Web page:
• Hayward presented findings to all head teachers in Glasgow; DVD of the presentation sent to every Glasgow school and screened at a `Learning Day' to every teacher in Glasgow; all teachers required to implement the findings into their professional learning programme [5].
  • Falkirk Council's Curriculum Support Officer used the report for discussions with headteachers; the Council used findings to revise advice to schools on assessment, profiling and reporting [6].
  • The Quality Improvement Officer for Aberdeen City Council used the report to clarify difficulties in assessment at stages of transition; the QIO issued the report to all primary and secondary headteachers with whom she worked to inform their practice [5].
  • In addition to web dissemination, more than half of Scotland's Education Authorities (17) specifically requested the full AaT Report from the University of Glasgow.

International Policy Influence: Informing Policy Developments in Norway

Policy-makers and practitioners in Norway used the assessment research findings as an evidence base to develop their Education policy [7]. Hayward presented the research to the Norwegian Education Directorate in Oslo on 23 October 2012 as part of the Norwegian Assessment for Learning 4-year programme (2010-14) involving more than 400 schools. Hayward was invited to Norway as an expert on the basis of her `... more than 20 years of expertise in assessment issues'. Reporting on the implementation of the project, the Norwegian Directorate drew on the findings of Hayward and Spencer (2010) and AaT to inspire many of the changes effected by the Norwegian programme. The related OECD Report Building Trust and Accountability: the Assessment for Learning Programme in Norway also cites the work of ARG, with which Hayward was significantly involved, as influencing Norwegian policy direction on assessment. The DVD of Hayward's presentation in Oslo is a key feature of the Directorate's Assessment for Learning web resource designed to aid and inform the work of teachers and practitioners across Norway.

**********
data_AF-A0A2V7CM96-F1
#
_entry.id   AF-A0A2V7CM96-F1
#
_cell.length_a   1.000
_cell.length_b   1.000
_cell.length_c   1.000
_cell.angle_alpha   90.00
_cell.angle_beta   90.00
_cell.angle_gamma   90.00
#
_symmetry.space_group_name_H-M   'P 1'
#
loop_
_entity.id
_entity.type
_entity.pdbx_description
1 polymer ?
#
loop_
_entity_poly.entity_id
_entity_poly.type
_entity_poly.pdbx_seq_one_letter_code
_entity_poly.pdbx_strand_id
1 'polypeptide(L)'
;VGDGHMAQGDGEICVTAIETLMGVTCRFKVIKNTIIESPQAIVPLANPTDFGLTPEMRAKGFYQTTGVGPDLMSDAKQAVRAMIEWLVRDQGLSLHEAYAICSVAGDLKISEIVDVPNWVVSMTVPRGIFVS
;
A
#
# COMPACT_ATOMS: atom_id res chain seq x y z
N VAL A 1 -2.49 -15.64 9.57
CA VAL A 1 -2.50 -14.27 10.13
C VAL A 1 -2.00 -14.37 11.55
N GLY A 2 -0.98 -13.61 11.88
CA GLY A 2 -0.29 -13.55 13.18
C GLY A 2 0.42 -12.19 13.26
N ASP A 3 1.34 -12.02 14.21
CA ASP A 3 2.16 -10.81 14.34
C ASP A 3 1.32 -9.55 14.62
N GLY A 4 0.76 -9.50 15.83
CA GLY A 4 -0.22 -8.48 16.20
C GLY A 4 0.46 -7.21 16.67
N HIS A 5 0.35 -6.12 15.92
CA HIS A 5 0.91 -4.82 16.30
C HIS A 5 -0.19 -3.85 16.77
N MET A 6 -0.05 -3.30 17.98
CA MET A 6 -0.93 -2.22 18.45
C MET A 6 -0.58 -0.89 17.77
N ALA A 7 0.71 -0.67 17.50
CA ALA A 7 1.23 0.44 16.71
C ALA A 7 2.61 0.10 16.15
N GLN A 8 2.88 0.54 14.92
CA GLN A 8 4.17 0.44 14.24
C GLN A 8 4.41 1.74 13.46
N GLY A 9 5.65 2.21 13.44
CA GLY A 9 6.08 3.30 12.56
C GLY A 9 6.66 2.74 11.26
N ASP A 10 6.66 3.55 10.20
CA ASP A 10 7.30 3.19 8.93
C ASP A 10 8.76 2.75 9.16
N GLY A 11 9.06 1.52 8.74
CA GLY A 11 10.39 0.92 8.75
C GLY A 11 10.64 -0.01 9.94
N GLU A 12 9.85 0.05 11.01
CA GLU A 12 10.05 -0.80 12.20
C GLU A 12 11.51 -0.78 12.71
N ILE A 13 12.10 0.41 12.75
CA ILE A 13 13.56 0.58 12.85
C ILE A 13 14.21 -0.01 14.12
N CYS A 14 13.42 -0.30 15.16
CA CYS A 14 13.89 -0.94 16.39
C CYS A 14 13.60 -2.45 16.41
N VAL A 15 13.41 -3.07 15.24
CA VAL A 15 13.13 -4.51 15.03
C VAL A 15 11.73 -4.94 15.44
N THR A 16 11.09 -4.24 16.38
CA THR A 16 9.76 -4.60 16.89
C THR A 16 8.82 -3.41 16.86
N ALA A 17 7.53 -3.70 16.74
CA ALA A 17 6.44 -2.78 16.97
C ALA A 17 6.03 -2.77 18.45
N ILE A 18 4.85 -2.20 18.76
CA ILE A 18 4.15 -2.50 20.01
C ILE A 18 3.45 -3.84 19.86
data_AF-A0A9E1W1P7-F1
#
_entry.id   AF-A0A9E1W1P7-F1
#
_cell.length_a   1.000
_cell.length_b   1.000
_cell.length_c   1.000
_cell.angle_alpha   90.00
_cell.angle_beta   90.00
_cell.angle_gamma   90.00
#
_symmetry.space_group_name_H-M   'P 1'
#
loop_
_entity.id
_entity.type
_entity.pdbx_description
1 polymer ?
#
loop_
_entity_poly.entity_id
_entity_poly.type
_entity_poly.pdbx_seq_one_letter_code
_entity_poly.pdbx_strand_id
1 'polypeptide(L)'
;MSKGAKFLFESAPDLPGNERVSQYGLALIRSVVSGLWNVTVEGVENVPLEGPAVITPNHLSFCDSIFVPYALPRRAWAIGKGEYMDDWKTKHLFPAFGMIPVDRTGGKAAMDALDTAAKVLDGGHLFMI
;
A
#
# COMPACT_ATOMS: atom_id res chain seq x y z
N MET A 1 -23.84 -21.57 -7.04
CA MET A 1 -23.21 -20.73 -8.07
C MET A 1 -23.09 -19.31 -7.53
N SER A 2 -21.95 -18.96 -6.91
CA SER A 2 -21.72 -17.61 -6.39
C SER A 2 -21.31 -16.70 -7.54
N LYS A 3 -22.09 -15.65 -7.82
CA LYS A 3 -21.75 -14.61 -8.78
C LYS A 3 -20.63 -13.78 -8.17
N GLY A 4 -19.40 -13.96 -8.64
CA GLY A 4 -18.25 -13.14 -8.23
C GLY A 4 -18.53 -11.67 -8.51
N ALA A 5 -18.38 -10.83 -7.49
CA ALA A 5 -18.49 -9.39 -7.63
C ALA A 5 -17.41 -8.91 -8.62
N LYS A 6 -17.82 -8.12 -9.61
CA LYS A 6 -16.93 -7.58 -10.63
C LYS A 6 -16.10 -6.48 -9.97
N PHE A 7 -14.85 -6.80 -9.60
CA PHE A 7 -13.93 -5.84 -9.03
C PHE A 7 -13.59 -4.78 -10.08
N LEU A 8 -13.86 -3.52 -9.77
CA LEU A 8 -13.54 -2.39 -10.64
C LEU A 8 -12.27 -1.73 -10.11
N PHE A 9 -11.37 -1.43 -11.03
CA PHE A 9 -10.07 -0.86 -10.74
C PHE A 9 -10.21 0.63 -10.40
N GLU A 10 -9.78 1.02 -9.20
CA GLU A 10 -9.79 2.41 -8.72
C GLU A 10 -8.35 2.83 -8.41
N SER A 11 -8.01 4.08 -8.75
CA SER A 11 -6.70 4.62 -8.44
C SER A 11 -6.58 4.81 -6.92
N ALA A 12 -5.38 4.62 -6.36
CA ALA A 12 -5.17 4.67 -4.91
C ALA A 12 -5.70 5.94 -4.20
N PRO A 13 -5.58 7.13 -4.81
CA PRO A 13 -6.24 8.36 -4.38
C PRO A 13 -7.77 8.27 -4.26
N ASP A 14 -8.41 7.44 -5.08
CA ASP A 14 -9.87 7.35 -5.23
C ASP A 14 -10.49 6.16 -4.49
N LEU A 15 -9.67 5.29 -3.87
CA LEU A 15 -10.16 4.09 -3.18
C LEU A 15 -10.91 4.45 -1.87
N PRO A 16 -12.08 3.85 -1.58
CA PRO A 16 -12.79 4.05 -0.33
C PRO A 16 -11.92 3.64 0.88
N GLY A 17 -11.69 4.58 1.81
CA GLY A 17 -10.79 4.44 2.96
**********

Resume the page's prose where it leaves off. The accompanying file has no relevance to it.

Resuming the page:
Sources to corroborate the impact

  1. (former) Leader of Assessment Team at Scottish Government can attest to impact of AifL programme on CfE assessment and the design of the SSLN [Details Provided].
  2. TESS Coverage of AaT Research: 11 September 2009; 19 September 2011; 14 September 2012, including positive endorsement from Education Authorities in published letter from Deputy Director of Education, Glasgow City Council attesting to influence of report on assessment strategies and forward planning: 10 August 2012
  3. Education Scotland Statement re: impact of research on curriculum development, professional guidance and practitioner debate. [Available from HEI]
  4. HMIE email re: impact of research on Mathematics across the Curriculum [Available from HEI].
  5. Education Scotland film of Hayward's address to all Glasgow headteachers on AaT: Link
  6. Quality Improvement Officer, Aberdeen and Curriculum Support Officer, Falkirk Council correspondence attesting to AaT impact on practitioner debate and policy guidance in local schools [Available from HEI]
  7. Norwegian Directorate of Education Statement re: policy changes prompted by AaT [Available from HEI].
  8. Building the Curriculum 5: A Framework for Assessment (CfE Building the Curriculum 5) 2011: Link [also Available from HEI]